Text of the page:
Rebel military officers in the oil-rich central African nation of Gabon announced on Wednesday that they had taken control of the government following disputed elections in which President Ali Bongo Ondimba, who had been in power since 2009, was declared the winner. Bongo, aged 64, whose family has governed Gabon for over 55 years, was confined to his residence, and one of his sons was arrested on charges of treason, according to the coup leaders.

President Bongo, appearing concerned in a video from an undisclosed location, appealed to “all our friends around the world… to raise their voices” in support of him. In a dramatic early morning statement, a group of officers declared the dissolution of “all the state institutions,” nullified the election results, and shut down the country’s borders.

The statement, read on state television, emphasized that Gabon was facing a severe crisis in terms of institutions, politics, economy, and society. The announcement was made by an officer flanked by a group of army colonels, members of the elite Republican Guard, regular soldiers, and others.

The election was criticized for not meeting the necessary conditions for a fair, credible, and inclusive vote desired by the Gabonese people, as per the statement. The officers further criticized the governance as being irresponsible and unpredictable, leading to a deterioration in social unity and the potential for chaos.

The Committee for the Transition and Restoration of Institutions (CTRI), acting on behalf of the Gabonese people and as custodians of the institutions, stated their intention to safeguard peace by ending the current regime.

Television broadcasts later showed General Brice Oligui Nguema, the head of the Republican Guard, being cheered by soldiers, accompanied by chants of “Oligui president.”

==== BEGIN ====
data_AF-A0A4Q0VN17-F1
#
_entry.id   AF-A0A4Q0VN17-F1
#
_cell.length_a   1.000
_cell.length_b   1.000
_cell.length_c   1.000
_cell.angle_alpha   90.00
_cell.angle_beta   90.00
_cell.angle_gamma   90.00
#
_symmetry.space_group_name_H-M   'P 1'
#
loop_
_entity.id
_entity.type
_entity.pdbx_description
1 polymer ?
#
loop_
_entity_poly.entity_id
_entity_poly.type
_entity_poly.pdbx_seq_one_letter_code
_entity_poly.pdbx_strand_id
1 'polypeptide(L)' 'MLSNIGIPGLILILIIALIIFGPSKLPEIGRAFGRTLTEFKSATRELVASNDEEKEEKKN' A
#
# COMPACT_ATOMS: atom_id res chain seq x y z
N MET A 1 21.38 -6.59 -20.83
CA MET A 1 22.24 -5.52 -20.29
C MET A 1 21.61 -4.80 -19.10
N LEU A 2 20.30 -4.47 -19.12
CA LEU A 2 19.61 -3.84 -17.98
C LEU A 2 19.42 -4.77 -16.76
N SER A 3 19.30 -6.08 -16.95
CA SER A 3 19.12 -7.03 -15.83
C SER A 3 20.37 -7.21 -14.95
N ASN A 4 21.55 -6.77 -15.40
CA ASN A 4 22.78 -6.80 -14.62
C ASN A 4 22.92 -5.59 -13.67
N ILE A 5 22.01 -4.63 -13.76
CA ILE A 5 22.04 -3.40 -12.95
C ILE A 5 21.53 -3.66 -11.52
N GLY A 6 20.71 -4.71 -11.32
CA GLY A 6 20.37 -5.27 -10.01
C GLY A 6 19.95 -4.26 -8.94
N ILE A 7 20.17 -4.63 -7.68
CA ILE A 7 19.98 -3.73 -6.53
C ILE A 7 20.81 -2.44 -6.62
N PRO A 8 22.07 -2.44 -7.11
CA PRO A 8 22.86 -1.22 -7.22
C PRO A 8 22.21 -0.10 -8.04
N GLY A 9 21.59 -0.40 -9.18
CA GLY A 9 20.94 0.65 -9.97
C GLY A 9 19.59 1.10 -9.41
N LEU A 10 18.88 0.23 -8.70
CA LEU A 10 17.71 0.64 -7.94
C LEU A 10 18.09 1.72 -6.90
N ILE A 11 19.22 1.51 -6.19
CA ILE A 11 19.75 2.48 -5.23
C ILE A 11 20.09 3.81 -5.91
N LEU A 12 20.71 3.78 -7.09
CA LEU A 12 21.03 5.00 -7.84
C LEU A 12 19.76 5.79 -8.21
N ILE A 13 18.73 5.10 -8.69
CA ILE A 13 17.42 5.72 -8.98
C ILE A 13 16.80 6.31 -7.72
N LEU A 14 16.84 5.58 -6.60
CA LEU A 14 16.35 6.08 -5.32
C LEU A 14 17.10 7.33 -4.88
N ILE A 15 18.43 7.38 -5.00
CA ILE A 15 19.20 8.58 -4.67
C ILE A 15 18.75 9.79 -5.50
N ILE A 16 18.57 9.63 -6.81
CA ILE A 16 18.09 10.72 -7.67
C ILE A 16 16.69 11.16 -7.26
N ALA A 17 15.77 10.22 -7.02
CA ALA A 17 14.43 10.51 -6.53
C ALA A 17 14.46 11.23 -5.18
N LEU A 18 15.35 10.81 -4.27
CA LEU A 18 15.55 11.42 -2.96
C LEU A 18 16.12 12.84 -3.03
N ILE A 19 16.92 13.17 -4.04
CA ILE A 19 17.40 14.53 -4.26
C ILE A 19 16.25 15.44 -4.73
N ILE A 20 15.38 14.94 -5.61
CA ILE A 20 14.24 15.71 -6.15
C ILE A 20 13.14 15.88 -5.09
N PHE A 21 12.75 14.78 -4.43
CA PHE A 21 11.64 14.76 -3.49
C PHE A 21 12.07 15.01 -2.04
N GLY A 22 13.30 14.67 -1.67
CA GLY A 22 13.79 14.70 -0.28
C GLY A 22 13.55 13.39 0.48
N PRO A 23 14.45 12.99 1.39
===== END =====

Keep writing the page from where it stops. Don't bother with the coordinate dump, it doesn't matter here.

Several high-ranking individuals close to Bongo, including his son and advisor Noureddin Bongo Valentin, his chief of staff Ian Ghislain Ngoulou, and other officials, were arrested on charges of treason, corruption, embezzlement, and falsification of the president’s signature.

In a video plea, President Bongo called for international attention and support, expressing his uncertainty about the situation.

Bongo first assumed power in 2009 after the death of his father Omar, who had governed Gabon for 41 years. The announcement of the coup occurred shortly after the national election authority declared Bongo’s victory in the third term, with 64.27 percent of the vote. The main opposition accused Bongo of fraudulent activities and demanded a peaceful transfer of power.

Following these events, the government implemented an overnight curfew and a nationwide internet shutdown, which was lifted on Wednesday after the television announcement.

Gabon, with a population of approximately 2.3 million, has been under the rule of the Bongo family for most of its years since gaining independence from France in 1960. Omar Bongo, a close ally of France post-independence, led the nation for a significant portion of this time. Ali Bongo has also maintained close ties with France, where his family owns substantial real estate holdings currently under investigation for corruption.

The coup in Gabon raised concerns internationally, with France, Russia, China, and the Commonwealth expressing various levels of concern and calls for resolution through dialogue and adherence to democratic principles.

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